Glass artists display work at annual SCC conference

Date: 11 March 2003
Her figurines range from intricate flower baskets to roadkill. The "lucky roadkill" is an example of work from her days as a student glass artist, before her work would sit in museums around the world.

Now a professional flameworker (glass artist), Kari Russell-Pool is one of the up-and-coming names around the world because of her work and is perhaps one of the biggest names in the United States in the field.Her glasswork, which is on display at Salem Community College and was explained in some depth during a slide presentation Saturday, involves an incorporation of her fears and fascinations. Her work often has flowers and birds adorning ivy or cradles, and is almost impossibly fragile.

During the presentation, she also revealed a bit of her own life and struggles in her progression as an artist.

Her husband, also a glass artist, torched figures of fruit on a bowl with names like "Envy" and "Bitter" after her work started gaining acceptance in museums and his did not.

"It's not always easy to be two people doing the same thing in the world," she said.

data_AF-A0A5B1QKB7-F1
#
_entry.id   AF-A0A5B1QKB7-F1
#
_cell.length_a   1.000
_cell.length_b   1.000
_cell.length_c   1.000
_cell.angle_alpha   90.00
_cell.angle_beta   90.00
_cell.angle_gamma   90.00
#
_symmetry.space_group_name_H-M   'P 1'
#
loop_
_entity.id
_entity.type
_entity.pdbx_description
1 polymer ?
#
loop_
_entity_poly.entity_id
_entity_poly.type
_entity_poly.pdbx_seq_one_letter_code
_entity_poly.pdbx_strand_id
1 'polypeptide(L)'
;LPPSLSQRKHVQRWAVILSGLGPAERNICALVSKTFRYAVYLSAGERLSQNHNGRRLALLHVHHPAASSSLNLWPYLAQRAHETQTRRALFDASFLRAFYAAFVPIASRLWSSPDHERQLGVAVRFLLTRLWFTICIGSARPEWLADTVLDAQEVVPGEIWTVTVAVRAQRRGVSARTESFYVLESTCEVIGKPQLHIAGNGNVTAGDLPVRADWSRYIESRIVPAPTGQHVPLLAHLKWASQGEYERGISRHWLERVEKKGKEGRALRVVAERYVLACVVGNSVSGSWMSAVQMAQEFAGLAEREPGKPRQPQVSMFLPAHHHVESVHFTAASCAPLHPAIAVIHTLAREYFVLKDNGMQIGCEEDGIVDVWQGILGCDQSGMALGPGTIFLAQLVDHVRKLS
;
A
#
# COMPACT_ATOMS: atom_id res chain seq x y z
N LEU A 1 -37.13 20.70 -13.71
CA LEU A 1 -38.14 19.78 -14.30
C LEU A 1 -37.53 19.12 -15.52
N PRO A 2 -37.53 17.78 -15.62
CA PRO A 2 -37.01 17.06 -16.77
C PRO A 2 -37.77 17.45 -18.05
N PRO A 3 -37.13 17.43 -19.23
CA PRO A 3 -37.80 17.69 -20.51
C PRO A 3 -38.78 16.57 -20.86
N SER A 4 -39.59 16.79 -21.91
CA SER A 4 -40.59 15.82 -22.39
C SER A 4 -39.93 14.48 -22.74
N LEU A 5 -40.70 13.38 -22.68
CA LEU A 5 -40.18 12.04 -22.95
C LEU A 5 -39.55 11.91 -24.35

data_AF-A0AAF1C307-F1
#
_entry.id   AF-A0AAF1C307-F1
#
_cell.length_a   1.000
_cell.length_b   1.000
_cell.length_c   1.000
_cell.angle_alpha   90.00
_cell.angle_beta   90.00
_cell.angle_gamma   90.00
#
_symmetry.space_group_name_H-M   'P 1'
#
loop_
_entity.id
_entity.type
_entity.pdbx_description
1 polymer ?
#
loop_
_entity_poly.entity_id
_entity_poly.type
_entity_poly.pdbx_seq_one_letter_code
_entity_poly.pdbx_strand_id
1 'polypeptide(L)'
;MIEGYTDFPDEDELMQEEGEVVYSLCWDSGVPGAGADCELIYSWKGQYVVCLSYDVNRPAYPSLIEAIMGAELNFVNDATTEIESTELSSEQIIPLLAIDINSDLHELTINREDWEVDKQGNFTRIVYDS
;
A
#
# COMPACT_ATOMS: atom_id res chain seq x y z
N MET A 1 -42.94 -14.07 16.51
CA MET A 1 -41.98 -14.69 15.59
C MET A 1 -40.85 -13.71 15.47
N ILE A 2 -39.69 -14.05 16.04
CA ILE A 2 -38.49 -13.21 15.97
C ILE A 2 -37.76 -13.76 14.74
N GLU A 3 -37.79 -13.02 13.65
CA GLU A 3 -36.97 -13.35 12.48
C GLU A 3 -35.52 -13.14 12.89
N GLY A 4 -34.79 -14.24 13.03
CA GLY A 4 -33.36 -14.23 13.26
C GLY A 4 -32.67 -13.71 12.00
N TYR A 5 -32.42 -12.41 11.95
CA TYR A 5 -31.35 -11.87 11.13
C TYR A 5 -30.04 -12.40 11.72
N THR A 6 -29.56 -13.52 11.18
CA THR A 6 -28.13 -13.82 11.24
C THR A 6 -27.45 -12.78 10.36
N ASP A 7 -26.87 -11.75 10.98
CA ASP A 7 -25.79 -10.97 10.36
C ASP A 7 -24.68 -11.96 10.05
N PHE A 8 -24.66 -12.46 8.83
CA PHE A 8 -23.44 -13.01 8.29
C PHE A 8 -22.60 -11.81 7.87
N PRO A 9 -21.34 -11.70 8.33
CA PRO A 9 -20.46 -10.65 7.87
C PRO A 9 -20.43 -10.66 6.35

She also must balance herself between her life as an artist and a mother.

We all know how hard it is to balance work and family, she said, but it's even harder when your work is a part of you.

Russell-Pool was part of a weekend flameworkers event at the Salem Community College that attracted around 350 people from 26 states and Canada.

"I love the idea of Salem Community College having an event of international stature that becomes a resource for students," said Paul Stankard, the conference chair and alumnus of SCC. "The glass center is the most successful facility for flameworking glass in the world. I know that more than most because I've been around the world and experienced other facilities."

Russell-Pool was the featured glass artist. She offered a slide show of the progression of her work along with a demonstration in which her practiced hands crafted a bowl of flowers and looping ivy in front of an audience of over 100 people.

The International Flameworking Conference is in its third year, and includes displays, presentations, and demonstrations in its three day event.

SCC, which just began its two year program in glass art, will have its first graduating class this May. They have offered a scientific glass technology program to students for 44 years.

Gordon Smith, who attended SCC in 1977-78 for its scientific glass program, now lives in Arizona and works as a full time paperweight maker. He came back to New Jersey specifically for this weekend, he said.

"For me, the real impact is seeing what's available for younger artists," said Smith. "It's almost like re-educating yourself."

600450 Glass artists display work at annual SCC conference
Date: 11 March 2003

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